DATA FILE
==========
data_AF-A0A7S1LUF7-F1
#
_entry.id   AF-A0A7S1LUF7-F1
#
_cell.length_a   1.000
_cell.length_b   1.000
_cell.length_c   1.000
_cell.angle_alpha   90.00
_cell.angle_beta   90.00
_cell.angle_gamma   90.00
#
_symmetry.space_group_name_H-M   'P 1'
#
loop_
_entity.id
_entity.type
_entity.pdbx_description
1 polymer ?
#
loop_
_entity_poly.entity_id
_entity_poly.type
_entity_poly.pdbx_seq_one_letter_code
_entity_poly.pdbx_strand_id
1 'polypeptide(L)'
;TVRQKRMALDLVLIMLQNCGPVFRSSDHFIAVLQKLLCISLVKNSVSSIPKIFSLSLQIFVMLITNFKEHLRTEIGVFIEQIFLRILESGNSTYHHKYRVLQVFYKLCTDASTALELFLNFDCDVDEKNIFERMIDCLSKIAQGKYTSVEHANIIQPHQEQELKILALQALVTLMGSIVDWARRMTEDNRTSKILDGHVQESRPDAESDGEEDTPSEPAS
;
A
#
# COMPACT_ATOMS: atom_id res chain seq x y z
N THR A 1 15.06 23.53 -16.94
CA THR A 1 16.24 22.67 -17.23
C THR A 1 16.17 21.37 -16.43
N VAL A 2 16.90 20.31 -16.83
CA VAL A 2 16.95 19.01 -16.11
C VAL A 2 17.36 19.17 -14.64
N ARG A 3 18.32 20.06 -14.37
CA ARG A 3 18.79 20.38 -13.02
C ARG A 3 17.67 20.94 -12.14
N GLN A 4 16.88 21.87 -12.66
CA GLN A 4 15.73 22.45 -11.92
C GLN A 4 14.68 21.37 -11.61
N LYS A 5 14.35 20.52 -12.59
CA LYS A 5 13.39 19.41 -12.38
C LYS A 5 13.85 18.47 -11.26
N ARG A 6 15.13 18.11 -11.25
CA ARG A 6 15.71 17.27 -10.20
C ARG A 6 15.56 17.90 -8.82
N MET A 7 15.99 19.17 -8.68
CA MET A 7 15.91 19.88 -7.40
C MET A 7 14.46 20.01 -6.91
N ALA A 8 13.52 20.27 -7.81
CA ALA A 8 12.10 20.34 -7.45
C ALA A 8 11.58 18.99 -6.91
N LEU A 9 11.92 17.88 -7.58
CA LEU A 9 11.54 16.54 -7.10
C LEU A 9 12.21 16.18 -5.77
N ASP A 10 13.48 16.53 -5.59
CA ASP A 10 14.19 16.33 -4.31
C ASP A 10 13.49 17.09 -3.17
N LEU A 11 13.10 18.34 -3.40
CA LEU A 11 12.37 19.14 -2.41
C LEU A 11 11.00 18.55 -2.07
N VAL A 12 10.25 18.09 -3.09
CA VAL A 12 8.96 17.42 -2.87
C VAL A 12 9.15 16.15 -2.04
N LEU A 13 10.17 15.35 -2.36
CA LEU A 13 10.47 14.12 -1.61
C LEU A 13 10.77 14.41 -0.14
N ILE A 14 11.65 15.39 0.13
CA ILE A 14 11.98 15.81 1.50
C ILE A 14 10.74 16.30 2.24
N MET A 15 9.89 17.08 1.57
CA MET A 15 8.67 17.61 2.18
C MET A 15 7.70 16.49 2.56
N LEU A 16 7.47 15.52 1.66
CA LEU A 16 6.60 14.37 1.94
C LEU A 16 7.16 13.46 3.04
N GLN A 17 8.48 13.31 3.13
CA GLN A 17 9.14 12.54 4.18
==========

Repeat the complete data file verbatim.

data_AF-A0A7S1LUF7-F1
#
_entry.id   AF-A0A7S1LUF7-F1
#
_cell.length_a   1.000
_cell.length_b   1.000
_cell.length_c   1.000
_cell.angle_alpha   90.00
_cell.angle_beta   90.00
_cell.angle_gamma   90.00
#
_symmetry.space_group_name_H-M   'P 1'
#
loop_
_entity.id
_entity.type
_entity.pdbx_description
1 polymer ?
#
loop_
_entity_poly.entity_id
_entity_poly.type
_entity_poly.pdbx_seq_one_letter_code
_entity_poly.pdbx_strand_id
1 'polypeptide(L)'
;TVRQKRMALDLVLIMLQNCGPVFRSSDHFIAVLQKLLCISLVKNSVSSIPKIFSLSLQIFVMLITNFKEHLRTEIGVFIEQIFLRILESGNSTYHHKYRVLQVFYKLCTDASTALELFLNFDCDVDEKNIFERMIDCLSKIAQGKYTSVEHANIIQPHQEQELKILALQALVTLMGSIVDWARRMTEDNRTSKILDGHVQESRPDAESDGEEDTPSEPAS
;
A
#
# COMPACT_ATOMS: atom_id res chain seq x y z
N THR A 1 15.06 23.53 -16.94
CA THR A 1 16.24 22.67 -17.23
C THR A 1 16.17 21.37 -16.43
N VAL A 2 16.90 20.31 -16.83
CA VAL A 2 16.95 19.01 -16.11
C VAL A 2 17.36 19.17 -14.64
N ARG A 3 18.32 20.06 -14.37
CA ARG A 3 18.79 20.38 -13.02
C ARG A 3 17.67 20.94 -12.14
N GLN A 4 16.88 21.87 -12.66
CA GLN A 4 15.73 22.45 -11.92
C GLN A 4 14.68 21.37 -11.61
N LYS A 5 14.35 20.52 -12.59
CA LYS A 5 13.39 19.41 -12.38
C LYS A 5 13.85 18.47 -11.26
N ARG A 6 15.13 18.11 -11.25
CA ARG A 6 15.71 17.27 -10.20
C ARG A 6 15.56 17.90 -8.82
N MET A 7 15.99 19.17 -8.68
CA MET A 7 15.91 19.88 -7.40
C MET A 7 14.46 20.01 -6.91
N ALA A 8 13.52 20.27 -7.81
CA ALA A 8 12.10 20.34 -7.45
C ALA A 8 11.58 18.99 -6.91
N LEU A 9 11.92 17.88 -7.58
CA LEU A 9 11.54 16.54 -7.10
C LEU A 9 12.21 16.18 -5.77
N ASP A 10 13.48 16.53 -5.59
CA ASP A 10 14.19 16.33 -4.31
C ASP A 10 13.49 17.09 -3.17
N LEU A 11 13.10 18.34 -3.40
CA LEU A 11 12.37 19.14 -2.41
C LEU A 11 11.00 18.55 -2.07
N VAL A 12 10.25 18.09 -3.09
CA VAL A 12 8.96 17.42 -2.87
C VAL A 12 9.15 16.15 -2.04
N LEU A 13 10.17 15.35 -2.36
CA LEU A 13 10.47 14.12 -1.61
C LEU A 13 10.77 14.41 -0.14
N ILE A 14 11.65 15.39 0.13
CA ILE A 14 11.98 15.81 1.50
C ILE A 14 10.74 16.30 2.24
N MET A 15 9.89 17.08 1.57
CA MET A 15 8.67 17.61 2.18
C MET A 15 7.70 16.49 2.56
N LEU A 16 7.47 15.52 1.66
CA LEU A 16 6.60 14.37 1.94
C LEU A 16 7.16 13.46 3.04
N GLN A 17 8.48 13.31 3.13
CA GLN A 17 9.14 12.54 4.18